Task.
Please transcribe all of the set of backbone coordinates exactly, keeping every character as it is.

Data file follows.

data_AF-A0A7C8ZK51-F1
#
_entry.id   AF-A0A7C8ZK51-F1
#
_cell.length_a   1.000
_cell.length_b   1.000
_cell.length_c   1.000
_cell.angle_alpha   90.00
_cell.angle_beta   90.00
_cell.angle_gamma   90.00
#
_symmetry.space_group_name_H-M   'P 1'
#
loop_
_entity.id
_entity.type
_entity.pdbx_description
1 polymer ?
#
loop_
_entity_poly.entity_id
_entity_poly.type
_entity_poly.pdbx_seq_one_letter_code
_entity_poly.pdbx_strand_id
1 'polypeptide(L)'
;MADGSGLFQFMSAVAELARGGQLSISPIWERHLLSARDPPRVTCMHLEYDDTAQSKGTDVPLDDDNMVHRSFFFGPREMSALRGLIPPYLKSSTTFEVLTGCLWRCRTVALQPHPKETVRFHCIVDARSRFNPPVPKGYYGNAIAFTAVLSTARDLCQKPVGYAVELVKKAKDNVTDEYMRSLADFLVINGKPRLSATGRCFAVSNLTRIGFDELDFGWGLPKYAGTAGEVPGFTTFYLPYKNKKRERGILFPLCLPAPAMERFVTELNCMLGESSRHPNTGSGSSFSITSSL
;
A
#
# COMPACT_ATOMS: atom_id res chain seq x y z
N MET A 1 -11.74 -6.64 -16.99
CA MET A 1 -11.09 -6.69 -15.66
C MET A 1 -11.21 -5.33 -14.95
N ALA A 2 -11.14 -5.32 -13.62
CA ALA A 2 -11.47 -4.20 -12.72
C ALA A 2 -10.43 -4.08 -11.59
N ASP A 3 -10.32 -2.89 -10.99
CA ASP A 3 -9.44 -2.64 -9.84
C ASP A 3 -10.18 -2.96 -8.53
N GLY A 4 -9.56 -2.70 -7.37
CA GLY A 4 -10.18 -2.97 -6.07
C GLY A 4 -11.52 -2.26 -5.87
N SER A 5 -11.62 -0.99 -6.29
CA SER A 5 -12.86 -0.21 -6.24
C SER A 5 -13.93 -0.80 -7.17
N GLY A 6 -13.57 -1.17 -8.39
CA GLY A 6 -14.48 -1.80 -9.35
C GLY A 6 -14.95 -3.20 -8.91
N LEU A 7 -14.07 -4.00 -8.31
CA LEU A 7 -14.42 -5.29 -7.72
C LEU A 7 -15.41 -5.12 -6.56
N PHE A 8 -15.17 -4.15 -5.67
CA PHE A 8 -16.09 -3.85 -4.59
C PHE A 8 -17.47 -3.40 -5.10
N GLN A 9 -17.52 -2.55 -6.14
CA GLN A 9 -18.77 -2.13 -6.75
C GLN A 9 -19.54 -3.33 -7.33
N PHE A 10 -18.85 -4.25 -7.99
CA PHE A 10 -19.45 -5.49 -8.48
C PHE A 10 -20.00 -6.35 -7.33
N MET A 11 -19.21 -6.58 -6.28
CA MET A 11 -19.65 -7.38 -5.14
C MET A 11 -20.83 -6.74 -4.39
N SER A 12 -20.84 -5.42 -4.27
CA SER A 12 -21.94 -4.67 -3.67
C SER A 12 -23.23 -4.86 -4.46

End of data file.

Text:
data_AF-A0A7C8ZK51-F1
#
_entry.id   AF-A0A7C8ZK51-F1
#
_cell.length_a   1.000
_cell.length_b   1.000
_cell.length_c   1.000
_cell.angle_alpha   90.00
_cell.angle_beta   90.00
_cell.angle_gamma   90.00
#
_symmetry.space_group_name_H-M   'P 1'
#
loop_
_entity.id
_entity.type
_entity.pdbx_description
1 polymer ?
#
loop_
_entity_poly.entity_id
_entity_poly.type
_entity_poly.pdbx_seq_one_letter_code
_entity_poly.pdbx_strand_id
1 'polypeptide(L)'
;MADGSGLFQFMSAVAELARGGQLSISPIWERHLLSARDPPRVTCMHLEYDDTAQSKGTDVPLDDDNMVHRSFFFGPREMSALRGLIPPYLKSSTTFEVLTGCLWRCRTVALQPHPKETVRFHCIVDARSRFNPPVPKGYYGNAIAFTAVLSTARDLCQKPVGYAVELVKKAKDNVTDEYMRSLADFLVINGKPRLSATGRCFAVSNLTRIGFDELDFGWGLPKYAGTAGEVPGFTTFYLPYKNKKRERGILFPLCLPAPAMERFVTELNCMLGESSRHPNTGSGSSFSITSSL
;
A
#
# COMPACT_ATOMS: atom_id res chain seq x y z
N MET A 1 -11.74 -6.64 -16.99
CA MET A 1 -11.09 -6.69 -15.66
C MET A 1 -11.21 -5.33 -14.95
N ALA A 2 -11.14 -5.32 -13.62
CA ALA A 2 -11.47 -4.20 -12.72
C ALA A 2 -10.43 -4.08 -11.59
N ASP A 3 -10.32 -2.89 -10.99
CA ASP A 3 -9.44 -2.64 -9.84
C ASP A 3 -10.18 -2.96 -8.53
N GLY A 4 -9.56 -2.70 -7.37
CA GLY A 4 -10.18 -2.97 -6.07
C GLY A 4 -11.52 -2.26 -5.87
N SER A 5 -11.62 -0.99 -6.29
CA SER A 5 -12.86 -0.21 -6.24
C SER A 5 -13.93 -0.80 -7.17
N GLY A 6 -13.57 -1.17 -8.39
CA GLY A 6 -14.48 -1.80 -9.35
C GLY A 6 -14.95 -3.20 -8.91
N LEU A 7 -14.07 -4.00 -8.31
CA LEU A 7 -14.42 -5.29 -7.72
C LEU A 7 -15.41 -5.12 -6.56
N PHE A 8 -15.17 -4.15 -5.67
CA PHE A 8 -16.09 -3.85 -4.59
C PHE A 8 -17.47 -3.40 -5.10
N GLN A 9 -17.52 -2.55 -6.14
CA GLN A 9 -18.77 -2.13 -6.75
C GLN A 9 -19.54 -3.33 -7.33
N PHE A 10 -18.85 -4.25 -7.99
CA PHE A 10 -19.45 -5.49 -8.48
C PHE A 10 -20.00 -6.35 -7.33
N MET A 11 -19.21 -6.58 -6.28
CA MET A 11 -19.65 -7.38 -5.14
C MET A 11 -20.83 -6.74 -4.39
N SER A 12 -20.84 -5.42 -4.27
CA SER A 12 -21.94 -4.67 -3.67
C SER A 12 -23.23 -4.86 -4.46